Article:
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@flowerbug , my investment history at least started out similar to yours. My divorce 10 years ago wiped out half my savings, plus put a huge crimp in my ability to sock away money. In the process of recovering from that. Had a review with my portfolio company 2 weeks ago, doing okay.

I just have share a story.
Mid 90s, working in the data center of a small college. Had to attend a group retirement plan session with our benefits provider. An hour of listening to the sales pitch for all the new socially aware funds (with "hip" names) we were supposed to use (with rates of return 50% less than the standard funds available). Old guy in our group in all sincerity, asked why they didn't offer a "daddy warbucks" fund that was heavily into defense contractors, energy, and high tech companies. The next day, he, as well as all of us who laughingly agreed during the meeting, got invited to a "charm school" (our term for the "you hurt someone's feelings" lecture) to get lectured. Good times.
 

FarmerJamie

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As I mentioned previously, some of the brokerages are in potential hot water selling shares of stocks they borrowed, but didn't buy.
Short selling caused the price of GameStop to explode
 

tortoise

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if you ask questions or express interest do you get pushback like you are intruding into his domain? or just haven't you really cared much about it before?
It confuses me and stresses me out. I feel like if I make a wrong decision I'll be eating ALPO or living in a terrible nursing home. I need schedule an appointment to see a financial planner. We already picked who to see, but I wasn't healthy enough to sit through a meeting at the time. I've been busy and it has been hard to prioritize.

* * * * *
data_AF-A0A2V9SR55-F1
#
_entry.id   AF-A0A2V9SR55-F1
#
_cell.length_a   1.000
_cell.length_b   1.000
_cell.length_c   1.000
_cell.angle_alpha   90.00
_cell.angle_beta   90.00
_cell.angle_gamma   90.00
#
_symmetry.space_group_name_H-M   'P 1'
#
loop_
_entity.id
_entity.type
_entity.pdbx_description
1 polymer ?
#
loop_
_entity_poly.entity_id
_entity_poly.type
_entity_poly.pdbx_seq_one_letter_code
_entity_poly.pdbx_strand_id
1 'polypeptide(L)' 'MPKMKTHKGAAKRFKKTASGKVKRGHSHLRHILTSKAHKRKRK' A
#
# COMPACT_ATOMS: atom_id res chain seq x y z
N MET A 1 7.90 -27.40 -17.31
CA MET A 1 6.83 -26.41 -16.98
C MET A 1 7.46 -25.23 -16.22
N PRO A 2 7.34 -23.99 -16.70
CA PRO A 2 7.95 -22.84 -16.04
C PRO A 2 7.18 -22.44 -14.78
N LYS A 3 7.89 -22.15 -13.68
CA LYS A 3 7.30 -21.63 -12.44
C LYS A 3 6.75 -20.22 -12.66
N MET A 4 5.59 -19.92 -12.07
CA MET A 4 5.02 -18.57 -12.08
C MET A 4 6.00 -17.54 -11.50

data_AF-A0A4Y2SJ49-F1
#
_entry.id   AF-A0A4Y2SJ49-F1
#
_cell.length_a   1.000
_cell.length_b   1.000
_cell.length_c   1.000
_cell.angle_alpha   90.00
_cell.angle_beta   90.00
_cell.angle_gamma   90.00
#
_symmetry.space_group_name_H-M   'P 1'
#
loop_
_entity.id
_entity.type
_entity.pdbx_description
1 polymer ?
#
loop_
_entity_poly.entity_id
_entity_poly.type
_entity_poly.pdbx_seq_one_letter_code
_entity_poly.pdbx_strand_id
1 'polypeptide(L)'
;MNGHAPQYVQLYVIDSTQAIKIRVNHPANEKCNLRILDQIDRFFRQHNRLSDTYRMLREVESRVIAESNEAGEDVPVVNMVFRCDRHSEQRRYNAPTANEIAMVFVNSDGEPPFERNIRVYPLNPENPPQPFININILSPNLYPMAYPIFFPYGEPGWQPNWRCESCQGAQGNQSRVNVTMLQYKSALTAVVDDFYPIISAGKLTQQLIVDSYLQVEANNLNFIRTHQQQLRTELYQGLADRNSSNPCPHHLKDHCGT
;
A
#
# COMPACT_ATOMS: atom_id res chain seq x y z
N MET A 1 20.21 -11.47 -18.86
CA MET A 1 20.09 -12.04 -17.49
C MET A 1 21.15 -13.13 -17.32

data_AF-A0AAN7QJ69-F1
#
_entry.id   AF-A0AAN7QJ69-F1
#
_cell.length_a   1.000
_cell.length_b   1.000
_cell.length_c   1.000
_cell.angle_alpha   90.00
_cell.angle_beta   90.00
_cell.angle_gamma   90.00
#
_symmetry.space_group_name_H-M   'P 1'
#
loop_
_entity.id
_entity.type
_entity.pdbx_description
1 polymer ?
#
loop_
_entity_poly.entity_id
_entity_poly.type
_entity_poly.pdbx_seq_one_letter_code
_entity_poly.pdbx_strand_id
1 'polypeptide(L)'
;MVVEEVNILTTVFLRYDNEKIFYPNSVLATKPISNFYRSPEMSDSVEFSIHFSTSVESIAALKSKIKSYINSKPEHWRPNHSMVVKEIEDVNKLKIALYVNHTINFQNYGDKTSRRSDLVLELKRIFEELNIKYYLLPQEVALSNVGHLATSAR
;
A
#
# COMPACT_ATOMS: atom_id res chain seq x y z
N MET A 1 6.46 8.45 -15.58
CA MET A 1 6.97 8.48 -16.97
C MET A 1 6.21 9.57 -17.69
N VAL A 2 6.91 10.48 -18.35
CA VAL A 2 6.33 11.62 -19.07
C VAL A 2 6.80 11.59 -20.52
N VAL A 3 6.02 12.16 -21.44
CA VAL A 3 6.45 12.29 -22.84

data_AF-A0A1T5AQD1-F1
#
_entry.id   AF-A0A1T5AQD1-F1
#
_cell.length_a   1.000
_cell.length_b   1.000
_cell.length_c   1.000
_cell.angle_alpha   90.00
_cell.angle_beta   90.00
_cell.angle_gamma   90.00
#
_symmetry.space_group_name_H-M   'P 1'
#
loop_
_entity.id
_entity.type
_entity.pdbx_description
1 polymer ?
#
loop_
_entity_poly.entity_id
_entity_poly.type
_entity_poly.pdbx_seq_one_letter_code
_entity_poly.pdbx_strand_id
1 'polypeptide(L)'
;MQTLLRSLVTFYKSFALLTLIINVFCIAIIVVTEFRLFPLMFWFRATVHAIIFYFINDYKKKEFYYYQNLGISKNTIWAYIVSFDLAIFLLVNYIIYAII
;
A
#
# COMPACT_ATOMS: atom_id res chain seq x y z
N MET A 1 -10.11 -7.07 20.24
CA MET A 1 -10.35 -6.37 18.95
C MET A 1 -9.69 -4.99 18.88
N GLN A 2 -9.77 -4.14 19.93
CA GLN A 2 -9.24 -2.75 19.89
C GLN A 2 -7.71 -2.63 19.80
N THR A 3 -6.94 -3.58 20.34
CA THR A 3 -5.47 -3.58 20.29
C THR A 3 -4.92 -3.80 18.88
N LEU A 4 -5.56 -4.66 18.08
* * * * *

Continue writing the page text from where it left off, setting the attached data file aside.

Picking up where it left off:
flowerbug

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@flowerbug , my investment history at least started out similar to yours. My divorce 10 years ago wiped out half my savings, plus put a huge crimp in my ability to sock away money. In the process of recovering from that. Had a review with my portfolio company 2 weeks ago, doing okay.

I just have share a story.
Mid 90s, working in the data center of a small college. Had to attend a group retirement plan session with our benefits provider. An hour of listening to the sales pitch for all the new socially aware funds (with "hip" names) we were supposed to use (with rates of return 50% less than the standard funds available). Old guy in our group in all sincerity, asked why they didn't offer a "daddy warbucks" fund that was heavily into defense contractors, energy, and high tech companies. The next day, he, as well as all of us who laughingly agreed during the meeting, got invited to a "charm school" (our term for the "you hurt someone's feelings" lecture) to get lectured. Good times.

while i do find that funny it also points out that we are of different generations and that has been a common reason for conflict between me and a lot of people so i won't get into saying why i also find it sad.
 

flowerbug

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As I mentioned previously, some of the brokerages are in potential hot water selling shares of stocks they borrowed, but didn't buy.
Short selling caused the price of GameStop to explode

for those who are interested in that topic you can search for it on-line.

if you want to talk about what a stock is and what short selling is then i'll greatly enjoy that much more.

try to keep political issues out of this please.